As for whether Saturday’s crossover bout would prove the first of many, White said he was looking forward to “getting back to the UFC and doing what I do.”


Much has been made about mixed martial artist Conor McGregor’s transition to the boxing ring and while Saturday’s bout against world champion Floyd Mayweather has the sports world buzzing, one group of professionals aren’t on board.

The Association of Ringside Physicians, a constituency of more than 100 doctors, contend that McGregor doesn’t stand a chance against Mayweather and have expressed concern over his safety.

“We were very surprised this bout was even sanctioned and was going to be permitted to carry on,” Larry Lovelace, a doctor and president of the association said, according to Joe Depaolo of the New York Times.

“The thing I really fear, truly fear, is that somebody’s going to get really hurt in this upcoming fight.”

Mayweather enters the fight with a perfect 49-0 record and has been boxing professionally since 1996. McGregor, though, will be making his debut in the ring despite his experience in the Octagon.

Richard Steele, a retired Hall of Fame referee, echoed Lovelace’s thoughts on the matter, expressing similar concern over the bout.

“Here’s a guy from one sport, challenging the world’s best in his own sport. I really don’t know how it’s going to work,” Steele said.

When asked if he thought McGregor’s style would match up well against Mayweather, Steele said: “He can’t kick. He can’t elbow. He can’t do nothing. Nothing that he’s used to doing that makes him a great MMA fighter.”


The fight of the century has its anthem singer, which hopefully won’t cause a Heart Attack.

Showtime announced Tuesday that singer and actress Demi Lovato will sing the “Star-Spangled Banner” on Saturday under the Neon Lights ahead of the main event between Conor McGregor and Floyd Mayweather at T-Mobile Arena.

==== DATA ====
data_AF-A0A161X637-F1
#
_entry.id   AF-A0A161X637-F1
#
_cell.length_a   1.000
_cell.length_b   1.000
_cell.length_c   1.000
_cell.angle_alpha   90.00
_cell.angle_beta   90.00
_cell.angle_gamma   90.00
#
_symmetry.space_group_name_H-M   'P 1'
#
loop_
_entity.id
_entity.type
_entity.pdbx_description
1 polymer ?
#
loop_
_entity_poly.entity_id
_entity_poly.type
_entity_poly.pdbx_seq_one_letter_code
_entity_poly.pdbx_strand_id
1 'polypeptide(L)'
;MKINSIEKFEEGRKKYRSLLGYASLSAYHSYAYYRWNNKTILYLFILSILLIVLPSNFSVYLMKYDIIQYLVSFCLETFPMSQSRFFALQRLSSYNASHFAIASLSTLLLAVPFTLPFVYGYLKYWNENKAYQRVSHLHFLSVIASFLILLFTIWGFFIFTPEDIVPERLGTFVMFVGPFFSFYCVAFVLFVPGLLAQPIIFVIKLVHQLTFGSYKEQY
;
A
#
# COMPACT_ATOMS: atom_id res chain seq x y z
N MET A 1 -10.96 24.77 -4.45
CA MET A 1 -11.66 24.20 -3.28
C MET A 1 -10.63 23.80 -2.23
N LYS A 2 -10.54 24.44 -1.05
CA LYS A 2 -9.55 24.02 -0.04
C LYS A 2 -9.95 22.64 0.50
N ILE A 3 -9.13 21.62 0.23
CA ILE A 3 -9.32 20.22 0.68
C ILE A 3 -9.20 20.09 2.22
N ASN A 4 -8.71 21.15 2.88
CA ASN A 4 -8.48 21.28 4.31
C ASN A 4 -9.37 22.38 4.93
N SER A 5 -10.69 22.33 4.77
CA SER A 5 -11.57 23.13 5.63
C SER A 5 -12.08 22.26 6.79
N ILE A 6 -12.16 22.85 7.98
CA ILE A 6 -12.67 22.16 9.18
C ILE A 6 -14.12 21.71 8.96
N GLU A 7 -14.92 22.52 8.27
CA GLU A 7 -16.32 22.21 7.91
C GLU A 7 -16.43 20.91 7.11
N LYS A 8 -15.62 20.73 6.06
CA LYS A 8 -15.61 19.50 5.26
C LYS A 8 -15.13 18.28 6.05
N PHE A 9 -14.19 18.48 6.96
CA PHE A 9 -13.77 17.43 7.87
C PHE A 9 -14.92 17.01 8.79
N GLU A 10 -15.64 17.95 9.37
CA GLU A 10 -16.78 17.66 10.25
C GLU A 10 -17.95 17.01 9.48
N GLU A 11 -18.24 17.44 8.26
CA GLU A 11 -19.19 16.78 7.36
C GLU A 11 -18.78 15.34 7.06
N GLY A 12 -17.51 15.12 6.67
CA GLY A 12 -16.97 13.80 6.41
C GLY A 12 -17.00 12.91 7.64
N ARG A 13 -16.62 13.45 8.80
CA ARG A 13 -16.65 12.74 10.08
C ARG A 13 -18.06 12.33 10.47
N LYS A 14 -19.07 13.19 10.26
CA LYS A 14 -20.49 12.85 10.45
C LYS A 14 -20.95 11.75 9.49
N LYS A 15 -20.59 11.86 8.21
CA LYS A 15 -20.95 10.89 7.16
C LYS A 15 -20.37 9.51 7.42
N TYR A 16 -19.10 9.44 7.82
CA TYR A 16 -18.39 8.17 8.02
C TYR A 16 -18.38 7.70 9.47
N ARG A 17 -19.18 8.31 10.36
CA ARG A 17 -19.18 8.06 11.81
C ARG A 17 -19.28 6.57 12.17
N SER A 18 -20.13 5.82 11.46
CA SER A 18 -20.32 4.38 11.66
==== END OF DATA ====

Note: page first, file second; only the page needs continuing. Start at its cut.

The hitmaker will be singing the anthem at a boxing match for the first time, but she’ll be Confident because Lovato has been Cool For The Summer as she’s previously performed the anthem ahead of multiple World Series games.

Check the lengthy list of prop bets for the over/under on the length of Lovato’s rendition, but we’d understand if you Really Don’t Care.


Floyd Mayweather is eyeing the NBA once he retreats back into retirement.

Mayweather is training for one last fight with MMA star Conor McGregor, but once that’s finished, the 49-time undefeated boxer plans to purchase an NBA franchise.

“I look forward to getting an NBA team in the future,” Mayweather told ESPN. “I don’t know where the team is going to be, but I look forward to having a team someday.”

If there’s any athlete that could conceivably own an NBA franchise, it’s the brash boxer who goes by the nickname “Money.” Mayweather could reach $1 billion in career earnings depending on the success of his final fight, according to Forbes estimates.

But even 10 digits might not be enough. The last team to be sold was the Atlanta Hawks, who went for $850 million in 2015. The NBA has grown in popularity in the two years since, which means buying a franchise can only get more expensive.